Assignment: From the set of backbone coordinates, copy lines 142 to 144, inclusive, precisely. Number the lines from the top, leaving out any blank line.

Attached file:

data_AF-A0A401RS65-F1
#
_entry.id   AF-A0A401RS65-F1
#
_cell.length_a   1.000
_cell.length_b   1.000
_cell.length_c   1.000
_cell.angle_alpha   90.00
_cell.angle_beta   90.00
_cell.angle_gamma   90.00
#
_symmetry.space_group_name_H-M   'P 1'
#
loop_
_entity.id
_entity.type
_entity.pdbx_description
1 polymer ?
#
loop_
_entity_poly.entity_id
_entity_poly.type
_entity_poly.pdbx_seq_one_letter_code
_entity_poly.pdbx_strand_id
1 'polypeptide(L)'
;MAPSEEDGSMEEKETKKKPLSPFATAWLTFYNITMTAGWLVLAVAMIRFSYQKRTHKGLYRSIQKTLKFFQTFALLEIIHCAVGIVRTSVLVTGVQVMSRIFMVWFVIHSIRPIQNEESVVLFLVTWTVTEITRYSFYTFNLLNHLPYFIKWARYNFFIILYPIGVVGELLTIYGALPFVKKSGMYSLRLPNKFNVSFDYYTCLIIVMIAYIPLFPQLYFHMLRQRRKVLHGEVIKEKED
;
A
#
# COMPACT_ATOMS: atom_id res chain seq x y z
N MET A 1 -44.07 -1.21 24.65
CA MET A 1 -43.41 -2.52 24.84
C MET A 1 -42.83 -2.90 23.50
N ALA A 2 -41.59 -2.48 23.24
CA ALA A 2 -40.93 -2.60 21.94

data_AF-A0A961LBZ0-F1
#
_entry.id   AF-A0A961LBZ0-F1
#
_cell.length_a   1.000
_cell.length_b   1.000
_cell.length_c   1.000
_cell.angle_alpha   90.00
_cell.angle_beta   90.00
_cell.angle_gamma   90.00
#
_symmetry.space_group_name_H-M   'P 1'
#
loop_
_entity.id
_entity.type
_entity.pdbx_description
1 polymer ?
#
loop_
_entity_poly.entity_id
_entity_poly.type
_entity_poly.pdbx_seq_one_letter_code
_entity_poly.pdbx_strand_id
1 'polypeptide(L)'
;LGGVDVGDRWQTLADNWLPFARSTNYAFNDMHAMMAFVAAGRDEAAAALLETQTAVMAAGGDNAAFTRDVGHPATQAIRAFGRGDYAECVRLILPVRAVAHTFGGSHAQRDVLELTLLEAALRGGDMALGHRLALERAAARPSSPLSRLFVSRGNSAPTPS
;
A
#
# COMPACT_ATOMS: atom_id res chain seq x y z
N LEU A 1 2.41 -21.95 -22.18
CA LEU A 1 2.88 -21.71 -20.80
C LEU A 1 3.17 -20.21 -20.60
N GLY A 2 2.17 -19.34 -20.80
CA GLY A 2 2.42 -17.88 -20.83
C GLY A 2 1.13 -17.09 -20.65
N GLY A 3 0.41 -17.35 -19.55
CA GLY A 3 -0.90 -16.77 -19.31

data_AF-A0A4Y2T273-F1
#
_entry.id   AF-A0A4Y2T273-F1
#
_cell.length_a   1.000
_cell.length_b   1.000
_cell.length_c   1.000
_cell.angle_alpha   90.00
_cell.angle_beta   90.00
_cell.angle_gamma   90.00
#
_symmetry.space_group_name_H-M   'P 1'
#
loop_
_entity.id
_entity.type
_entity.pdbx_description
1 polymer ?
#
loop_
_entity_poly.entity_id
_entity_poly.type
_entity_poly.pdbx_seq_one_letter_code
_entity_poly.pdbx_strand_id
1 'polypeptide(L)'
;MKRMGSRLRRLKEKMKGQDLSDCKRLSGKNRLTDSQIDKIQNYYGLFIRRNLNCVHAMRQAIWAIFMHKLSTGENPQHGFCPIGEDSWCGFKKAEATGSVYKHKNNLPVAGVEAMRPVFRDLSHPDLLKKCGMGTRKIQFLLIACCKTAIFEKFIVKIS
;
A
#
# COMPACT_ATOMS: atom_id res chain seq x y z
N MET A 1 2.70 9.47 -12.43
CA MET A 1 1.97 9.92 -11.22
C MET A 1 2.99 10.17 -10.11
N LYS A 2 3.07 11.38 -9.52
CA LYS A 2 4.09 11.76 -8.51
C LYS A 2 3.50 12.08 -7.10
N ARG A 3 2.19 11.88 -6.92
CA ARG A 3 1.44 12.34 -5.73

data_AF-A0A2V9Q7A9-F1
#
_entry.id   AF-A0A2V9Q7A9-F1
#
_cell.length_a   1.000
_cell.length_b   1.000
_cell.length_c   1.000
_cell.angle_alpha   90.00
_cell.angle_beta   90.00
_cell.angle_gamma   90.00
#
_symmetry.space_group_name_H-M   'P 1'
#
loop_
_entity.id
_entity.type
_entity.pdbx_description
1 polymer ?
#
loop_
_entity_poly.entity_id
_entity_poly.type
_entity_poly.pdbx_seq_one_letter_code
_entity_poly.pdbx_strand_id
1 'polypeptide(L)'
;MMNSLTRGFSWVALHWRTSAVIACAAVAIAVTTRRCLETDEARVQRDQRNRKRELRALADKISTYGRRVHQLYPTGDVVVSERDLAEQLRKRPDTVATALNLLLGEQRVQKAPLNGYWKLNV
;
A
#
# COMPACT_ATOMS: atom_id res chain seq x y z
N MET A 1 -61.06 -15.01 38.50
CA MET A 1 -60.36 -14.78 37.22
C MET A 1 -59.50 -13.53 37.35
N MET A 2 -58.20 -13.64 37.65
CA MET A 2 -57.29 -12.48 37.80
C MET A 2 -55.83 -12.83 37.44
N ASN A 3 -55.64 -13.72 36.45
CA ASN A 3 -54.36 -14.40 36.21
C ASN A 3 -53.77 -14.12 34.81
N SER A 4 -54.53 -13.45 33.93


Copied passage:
N MET A 1 -61.06 -15.01 38.50
CA MET A 1 -60.36 -14.78 37.22
C MET A 1 -59.50 -13.53 37.35